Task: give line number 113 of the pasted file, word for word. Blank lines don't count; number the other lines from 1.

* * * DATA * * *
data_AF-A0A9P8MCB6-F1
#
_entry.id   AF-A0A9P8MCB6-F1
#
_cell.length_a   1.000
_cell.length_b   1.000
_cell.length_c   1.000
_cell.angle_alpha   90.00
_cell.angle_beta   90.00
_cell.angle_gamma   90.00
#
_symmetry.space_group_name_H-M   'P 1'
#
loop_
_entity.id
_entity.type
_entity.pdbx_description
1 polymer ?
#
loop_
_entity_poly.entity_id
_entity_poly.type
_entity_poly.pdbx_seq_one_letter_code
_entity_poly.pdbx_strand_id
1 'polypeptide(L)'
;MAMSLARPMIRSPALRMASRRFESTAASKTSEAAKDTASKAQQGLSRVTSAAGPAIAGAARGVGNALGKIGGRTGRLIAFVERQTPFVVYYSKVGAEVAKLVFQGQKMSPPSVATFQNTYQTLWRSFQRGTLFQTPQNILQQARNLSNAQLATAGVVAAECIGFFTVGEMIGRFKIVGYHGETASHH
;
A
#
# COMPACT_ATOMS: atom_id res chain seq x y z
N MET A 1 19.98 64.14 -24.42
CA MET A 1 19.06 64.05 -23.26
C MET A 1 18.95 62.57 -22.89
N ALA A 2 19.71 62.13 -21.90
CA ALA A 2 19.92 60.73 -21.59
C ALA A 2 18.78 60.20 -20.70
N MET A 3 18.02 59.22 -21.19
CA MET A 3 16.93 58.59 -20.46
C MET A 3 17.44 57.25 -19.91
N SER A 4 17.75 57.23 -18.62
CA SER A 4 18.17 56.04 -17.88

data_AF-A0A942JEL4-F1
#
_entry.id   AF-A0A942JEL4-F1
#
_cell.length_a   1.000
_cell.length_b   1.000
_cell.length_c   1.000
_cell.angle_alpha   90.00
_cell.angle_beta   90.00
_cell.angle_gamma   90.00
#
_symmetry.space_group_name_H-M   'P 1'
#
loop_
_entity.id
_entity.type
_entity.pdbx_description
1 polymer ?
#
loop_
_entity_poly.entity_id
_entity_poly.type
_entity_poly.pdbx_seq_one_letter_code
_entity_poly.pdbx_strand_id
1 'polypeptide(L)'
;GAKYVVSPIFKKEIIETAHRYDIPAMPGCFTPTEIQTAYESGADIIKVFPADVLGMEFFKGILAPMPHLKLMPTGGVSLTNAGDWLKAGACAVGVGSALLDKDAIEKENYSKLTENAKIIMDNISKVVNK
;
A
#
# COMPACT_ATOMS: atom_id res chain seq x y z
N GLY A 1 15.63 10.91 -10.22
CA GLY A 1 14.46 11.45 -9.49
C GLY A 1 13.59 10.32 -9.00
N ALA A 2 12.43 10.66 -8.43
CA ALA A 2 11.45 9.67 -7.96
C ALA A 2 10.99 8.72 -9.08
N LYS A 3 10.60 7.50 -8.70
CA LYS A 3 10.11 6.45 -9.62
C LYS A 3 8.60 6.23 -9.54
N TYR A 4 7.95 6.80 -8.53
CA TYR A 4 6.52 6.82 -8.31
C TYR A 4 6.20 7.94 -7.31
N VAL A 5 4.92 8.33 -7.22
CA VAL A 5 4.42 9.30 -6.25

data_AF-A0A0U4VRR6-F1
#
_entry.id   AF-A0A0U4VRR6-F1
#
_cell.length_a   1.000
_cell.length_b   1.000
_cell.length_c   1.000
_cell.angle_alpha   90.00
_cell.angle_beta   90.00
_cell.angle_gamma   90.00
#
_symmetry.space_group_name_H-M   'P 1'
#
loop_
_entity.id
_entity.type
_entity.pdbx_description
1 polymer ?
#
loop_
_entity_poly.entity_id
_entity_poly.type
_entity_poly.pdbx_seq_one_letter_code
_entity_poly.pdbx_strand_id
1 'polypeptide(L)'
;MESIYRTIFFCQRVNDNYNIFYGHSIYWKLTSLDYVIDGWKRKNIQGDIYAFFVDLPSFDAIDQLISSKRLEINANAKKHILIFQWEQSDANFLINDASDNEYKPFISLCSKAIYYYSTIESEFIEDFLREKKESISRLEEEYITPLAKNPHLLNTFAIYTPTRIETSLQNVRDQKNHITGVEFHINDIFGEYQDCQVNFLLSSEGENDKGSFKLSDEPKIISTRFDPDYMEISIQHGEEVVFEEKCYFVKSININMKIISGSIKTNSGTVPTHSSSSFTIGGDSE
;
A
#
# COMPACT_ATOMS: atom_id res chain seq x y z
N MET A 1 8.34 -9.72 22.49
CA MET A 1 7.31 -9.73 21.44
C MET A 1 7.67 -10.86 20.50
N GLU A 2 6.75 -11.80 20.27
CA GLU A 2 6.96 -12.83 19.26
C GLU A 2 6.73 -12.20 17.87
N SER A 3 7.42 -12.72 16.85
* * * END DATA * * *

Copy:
A